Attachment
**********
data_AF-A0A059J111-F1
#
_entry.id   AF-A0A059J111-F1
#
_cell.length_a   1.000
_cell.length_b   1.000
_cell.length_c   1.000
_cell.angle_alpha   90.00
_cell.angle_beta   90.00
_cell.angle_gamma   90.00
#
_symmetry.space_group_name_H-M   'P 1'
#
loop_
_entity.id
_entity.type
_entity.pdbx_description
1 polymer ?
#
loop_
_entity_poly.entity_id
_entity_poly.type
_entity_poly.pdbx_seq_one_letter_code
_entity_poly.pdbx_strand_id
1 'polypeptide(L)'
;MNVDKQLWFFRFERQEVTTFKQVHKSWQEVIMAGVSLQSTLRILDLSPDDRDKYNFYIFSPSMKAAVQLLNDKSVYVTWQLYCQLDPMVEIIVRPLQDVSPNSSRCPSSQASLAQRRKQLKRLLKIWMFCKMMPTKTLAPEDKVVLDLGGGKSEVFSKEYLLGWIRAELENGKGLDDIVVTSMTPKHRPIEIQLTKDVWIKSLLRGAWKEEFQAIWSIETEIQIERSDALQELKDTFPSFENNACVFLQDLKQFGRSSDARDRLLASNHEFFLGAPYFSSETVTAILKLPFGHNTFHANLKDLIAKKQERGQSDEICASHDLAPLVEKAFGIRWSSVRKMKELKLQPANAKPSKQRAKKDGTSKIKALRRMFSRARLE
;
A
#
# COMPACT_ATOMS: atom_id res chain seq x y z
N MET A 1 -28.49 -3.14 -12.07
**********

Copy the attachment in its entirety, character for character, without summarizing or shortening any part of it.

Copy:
data_AF-A0A059J111-F1
#
_entry.id   AF-A0A059J111-F1
#
_cell.length_a   1.000
_cell.length_b   1.000
_cell.length_c   1.000
_cell.angle_alpha   90.00
_cell.angle_beta   90.00
_cell.angle_gamma   90.00
#
_symmetry.space_group_name_H-M   'P 1'
#
loop_
_entity.id
_entity.type
_entity.pdbx_description
1 polymer ?
#
loop_
_entity_poly.entity_id
_entity_poly.type
_entity_poly.pdbx_seq_one_letter_code
_entity_poly.pdbx_strand_id
1 'polypeptide(L)'
;MNVDKQLWFFRFERQEVTTFKQVHKSWQEVIMAGVSLQSTLRILDLSPDDRDKYNFYIFSPSMKAAVQLLNDKSVYVTWQLYCQLDPMVEIIVRPLQDVSPNSSRCPSSQASLAQRRKQLKRLLKIWMFCKMMPTKTLAPEDKVVLDLGGGKSEVFSKEYLLGWIRAELENGKGLDDIVVTSMTPKHRPIEIQLTKDVWIKSLLRGAWKEEFQAIWSIETEIQIERSDALQELKDTFPSFENNACVFLQDLKQFGRSSDARDRLLASNHEFFLGAPYFSSETVTAILKLPFGHNTFHANLKDLIAKKQERGQSDEICASHDLAPLVEKAFGIRWSSVRKMKELKLQPANAKPSKQRAKKDGTSKIKALRRMFSRARLE
;
A
#
# COMPACT_ATOMS: atom_id res chain seq x y z
N MET A 1 -28.49 -3.14 -12.07